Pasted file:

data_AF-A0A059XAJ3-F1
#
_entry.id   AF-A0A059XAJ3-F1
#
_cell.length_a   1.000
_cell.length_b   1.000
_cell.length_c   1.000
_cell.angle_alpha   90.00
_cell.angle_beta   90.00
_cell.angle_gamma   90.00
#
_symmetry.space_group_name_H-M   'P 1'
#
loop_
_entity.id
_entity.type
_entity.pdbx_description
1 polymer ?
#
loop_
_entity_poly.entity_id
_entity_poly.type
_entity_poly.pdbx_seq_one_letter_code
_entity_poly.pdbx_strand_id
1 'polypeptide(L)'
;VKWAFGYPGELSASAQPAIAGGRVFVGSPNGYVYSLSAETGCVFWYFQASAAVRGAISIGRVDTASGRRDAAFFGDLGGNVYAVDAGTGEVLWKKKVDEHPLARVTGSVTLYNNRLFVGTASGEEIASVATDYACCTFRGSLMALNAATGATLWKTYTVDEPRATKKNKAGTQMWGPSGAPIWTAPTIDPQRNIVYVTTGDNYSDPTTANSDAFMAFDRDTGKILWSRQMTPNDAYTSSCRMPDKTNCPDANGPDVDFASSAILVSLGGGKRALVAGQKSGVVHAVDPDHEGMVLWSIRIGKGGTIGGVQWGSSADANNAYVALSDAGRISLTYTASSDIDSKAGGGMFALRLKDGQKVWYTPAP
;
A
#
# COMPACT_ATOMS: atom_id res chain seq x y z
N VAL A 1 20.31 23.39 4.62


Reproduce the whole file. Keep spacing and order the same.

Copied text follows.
data_AF-A0A059XAJ3-F1
#
_entry.id   AF-A0A059XAJ3-F1
#
_cell.length_a   1.000
_cell.length_b   1.000
_cell.length_c   1.000
_cell.angle_alpha   90.00
_cell.angle_beta   90.00
_cell.angle_gamma   90.00
#
_symmetry.space_group_name_H-M   'P 1'
#
loop_
_entity.id
_entity.type
_entity.pdbx_description
1 polymer ?
#
loop_
_entity_poly.entity_id
_entity_poly.type
_entity_poly.pdbx_seq_one_letter_code
_entity_poly.pdbx_strand_id
1 'polypeptide(L)'
;VKWAFGYPGELSASAQPAIAGGRVFVGSPNGYVYSLSAETGCVFWYFQASAAVRGAISIGRVDTASGRRDAAFFGDLGGNVYAVDAGTGEVLWKKKVDEHPLARVTGSVTLYNNRLFVGTASGEEIASVATDYACCTFRGSLMALNAATGATLWKTYTVDEPRATKKNKAGTQMWGPSGAPIWTAPTIDPQRNIVYVTTGDNYSDPTTANSDAFMAFDRDTGKILWSRQMTPNDAYTSSCRMPDKTNCPDANGPDVDFASSAILVSLGGGKRALVAGQKSGVVHAVDPDHEGMVLWSIRIGKGGTIGGVQWGSSADANNAYVALSDAGRISLTYTASSDIDSKAGGGMFALRLKDGQKVWYTPAP
;
A
#
# COMPACT_ATOMS: atom_id res chain seq x y z
N VAL A 1 20.31 23.39 4.62